“The school is laid out so that we can close certain doors and have a completely secure building that can be opened to the community, and we host nonprofits like Birth Detroit and neighborhood association meetings all the time,” explains Smitley. “The goal was to design a building that would meet the school’s needs but also serve as an asset to our broader neighborhood. It’s a beautiful facility that took a lot of work to complete, and we want to help other organizations that don’t have the capacity yet to create something like this get to that point by making the space available for their work too.” 

With two high-performing, financially sustainable schools launched in the past decade and an annual budget that has grown from $500,000 a decade ago to more than $10 million today, Smitley’s attention is now shifting to how to deepen the positive impact created by both schools. Among her goals are to establish a half-acre farm at DAA to support experiential learning and increasing the quality of meals provided to students by purchasing food from local, Black-owned farms and preparing it on-site at each school. 

“I get asked frequently about the next step for us, and I think a lot of people expect me to transition to something new,” says Smitley. “But this is the work that interests me, and I’m really excited to have gotten to a point where every day isn’t being spent having to overcome challenges. It’s a really beautiful privilege to now be able to look at the big picture and focus energy and resources on making both schools the very best that they can be for students, their families, and the communities they serve.”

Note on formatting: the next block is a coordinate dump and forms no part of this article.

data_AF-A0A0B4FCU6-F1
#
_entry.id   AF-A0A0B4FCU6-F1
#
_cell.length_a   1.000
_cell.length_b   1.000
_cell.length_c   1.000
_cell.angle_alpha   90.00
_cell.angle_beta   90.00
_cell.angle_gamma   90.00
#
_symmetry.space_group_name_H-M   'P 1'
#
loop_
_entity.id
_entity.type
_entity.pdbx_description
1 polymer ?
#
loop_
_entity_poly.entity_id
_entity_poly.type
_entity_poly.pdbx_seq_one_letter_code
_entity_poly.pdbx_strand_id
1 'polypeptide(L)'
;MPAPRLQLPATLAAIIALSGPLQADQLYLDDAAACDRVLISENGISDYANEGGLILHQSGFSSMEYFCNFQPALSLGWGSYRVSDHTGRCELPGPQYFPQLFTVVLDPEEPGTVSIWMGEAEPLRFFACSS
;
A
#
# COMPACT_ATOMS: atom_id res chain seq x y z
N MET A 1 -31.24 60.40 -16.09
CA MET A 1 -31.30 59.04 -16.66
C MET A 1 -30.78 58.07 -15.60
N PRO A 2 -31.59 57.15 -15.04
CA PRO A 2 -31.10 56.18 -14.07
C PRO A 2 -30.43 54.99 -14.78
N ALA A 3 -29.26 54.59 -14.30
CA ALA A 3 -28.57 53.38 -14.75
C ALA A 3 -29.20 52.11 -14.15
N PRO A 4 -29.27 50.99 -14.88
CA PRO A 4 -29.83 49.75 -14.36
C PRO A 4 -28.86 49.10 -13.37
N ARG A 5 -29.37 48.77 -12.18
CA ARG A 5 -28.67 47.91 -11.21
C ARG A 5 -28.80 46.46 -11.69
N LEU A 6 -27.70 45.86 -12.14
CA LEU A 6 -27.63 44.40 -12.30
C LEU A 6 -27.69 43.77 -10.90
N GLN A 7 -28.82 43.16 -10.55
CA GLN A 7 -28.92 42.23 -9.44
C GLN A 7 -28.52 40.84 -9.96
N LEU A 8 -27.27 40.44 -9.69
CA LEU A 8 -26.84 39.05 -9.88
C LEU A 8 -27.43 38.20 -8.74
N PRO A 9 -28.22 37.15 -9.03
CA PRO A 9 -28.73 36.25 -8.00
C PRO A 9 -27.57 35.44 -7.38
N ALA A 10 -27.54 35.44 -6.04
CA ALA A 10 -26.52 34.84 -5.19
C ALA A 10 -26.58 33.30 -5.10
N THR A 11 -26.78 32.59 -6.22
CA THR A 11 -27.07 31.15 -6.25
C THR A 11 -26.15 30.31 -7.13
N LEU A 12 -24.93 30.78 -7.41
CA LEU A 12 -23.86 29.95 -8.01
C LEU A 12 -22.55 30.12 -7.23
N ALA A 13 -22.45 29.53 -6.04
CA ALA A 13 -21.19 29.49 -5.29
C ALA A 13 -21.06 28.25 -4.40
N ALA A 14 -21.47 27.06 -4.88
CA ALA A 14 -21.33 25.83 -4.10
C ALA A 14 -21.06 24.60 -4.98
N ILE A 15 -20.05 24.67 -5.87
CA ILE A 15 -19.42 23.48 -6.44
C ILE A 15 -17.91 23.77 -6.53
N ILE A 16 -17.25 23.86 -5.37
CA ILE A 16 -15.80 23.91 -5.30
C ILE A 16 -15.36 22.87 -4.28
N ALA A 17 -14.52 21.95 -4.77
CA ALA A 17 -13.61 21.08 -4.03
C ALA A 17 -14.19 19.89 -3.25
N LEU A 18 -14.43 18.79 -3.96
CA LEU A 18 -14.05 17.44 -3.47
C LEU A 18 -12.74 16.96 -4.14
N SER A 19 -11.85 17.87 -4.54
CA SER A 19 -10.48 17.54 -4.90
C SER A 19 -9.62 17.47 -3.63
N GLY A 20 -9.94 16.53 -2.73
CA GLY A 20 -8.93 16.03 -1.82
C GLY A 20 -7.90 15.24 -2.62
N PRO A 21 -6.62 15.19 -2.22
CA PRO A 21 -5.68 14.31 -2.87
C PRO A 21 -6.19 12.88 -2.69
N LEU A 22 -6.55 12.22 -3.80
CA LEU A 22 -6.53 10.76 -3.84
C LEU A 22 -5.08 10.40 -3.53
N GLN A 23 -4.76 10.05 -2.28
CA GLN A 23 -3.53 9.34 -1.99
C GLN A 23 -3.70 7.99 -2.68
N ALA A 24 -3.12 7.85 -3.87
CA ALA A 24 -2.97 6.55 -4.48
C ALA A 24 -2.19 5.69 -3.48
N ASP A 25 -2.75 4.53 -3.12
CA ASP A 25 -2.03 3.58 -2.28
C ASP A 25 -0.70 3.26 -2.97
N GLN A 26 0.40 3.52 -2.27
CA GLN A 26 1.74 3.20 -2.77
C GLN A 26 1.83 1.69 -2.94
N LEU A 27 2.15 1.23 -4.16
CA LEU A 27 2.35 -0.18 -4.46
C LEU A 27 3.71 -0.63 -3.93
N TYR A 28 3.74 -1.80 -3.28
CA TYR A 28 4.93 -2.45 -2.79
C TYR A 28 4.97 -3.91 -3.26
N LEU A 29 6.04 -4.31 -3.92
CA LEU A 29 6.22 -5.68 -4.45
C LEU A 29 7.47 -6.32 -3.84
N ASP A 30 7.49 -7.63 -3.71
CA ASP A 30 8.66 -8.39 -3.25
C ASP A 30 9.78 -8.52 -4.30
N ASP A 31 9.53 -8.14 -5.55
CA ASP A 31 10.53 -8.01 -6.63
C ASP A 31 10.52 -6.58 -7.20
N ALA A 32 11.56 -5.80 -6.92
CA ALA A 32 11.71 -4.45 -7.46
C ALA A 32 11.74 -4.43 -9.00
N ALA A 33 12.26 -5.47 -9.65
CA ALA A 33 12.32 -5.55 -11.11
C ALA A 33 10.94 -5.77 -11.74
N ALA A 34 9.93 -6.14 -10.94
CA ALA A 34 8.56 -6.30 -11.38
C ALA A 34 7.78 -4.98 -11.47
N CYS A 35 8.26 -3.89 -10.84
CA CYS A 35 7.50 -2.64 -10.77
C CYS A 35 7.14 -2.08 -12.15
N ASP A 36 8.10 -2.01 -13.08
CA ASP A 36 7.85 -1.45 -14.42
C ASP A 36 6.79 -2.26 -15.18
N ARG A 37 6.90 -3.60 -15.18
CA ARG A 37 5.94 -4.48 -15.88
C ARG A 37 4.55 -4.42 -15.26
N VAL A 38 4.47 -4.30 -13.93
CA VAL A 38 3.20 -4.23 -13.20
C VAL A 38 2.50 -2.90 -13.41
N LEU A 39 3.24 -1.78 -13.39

“It’s a really beautiful privilege to now be able to look at the big picture and focus energy and resources on making both schools the very best that they can be for students, their families, and the communities they serve.”


Young people from the Brightmoor community participate in Wellspring’s Kumon-based tutoring.

Founded in 1986, Wellspring is a faith-based youth development organization that serves the Brightmoor neighborhood in northwest Detroit by building long-lasting relationships with young people to facilitate spiritual, social, academic, and economic growth. The nonprofit accomplishes this through Kumon-based tutoring, recreation and community service opportunities, a teen discipleship group, a teen leadership council, adventure-based leadership, and college readiness programming and support, among other examples. 

Wellspring’s roots in Brightmoor extend back to the early 1980s, when Co-Founder/Co-Director Dan Bandrowski began volunteering in the neighborhood as a college student. Bandrowski was hired as an outreach worker by his church after graduating, moved to the neighborhood, and devoted himself to building relationships along with his wife, Cherie, who also serves as Wellspring’s co-founder and co-director. As white flight occurred in Brightmoor, followed closely by disinvestment, the Bandrowskis doubled down on their work to help young people in the community become self-sufficient adults.    

By 2014, Wellspring was serving roughly 100 youth per year in a former single-family home converted in the late 1980s by the Bandrowskis and fellow co-founders Marc and Jane Averil into offices and program space. With just 1,834 square feet of space, the nonprofit could not expand its programs as its waiting list continued to grow. Although hesitant to take on debt to expand, Wellspring decided that the need for more young people to access its services outweighed the risk of borrowing and used a $60,000 loan from IFF to supplement a capital campaign. With IFF’s Real Estate Solutions team serving as the owner’s representative, these funds were used to build an addition that more than tripled Wellspring’s square footage and ensured that the organization could remain in the facility for years to come.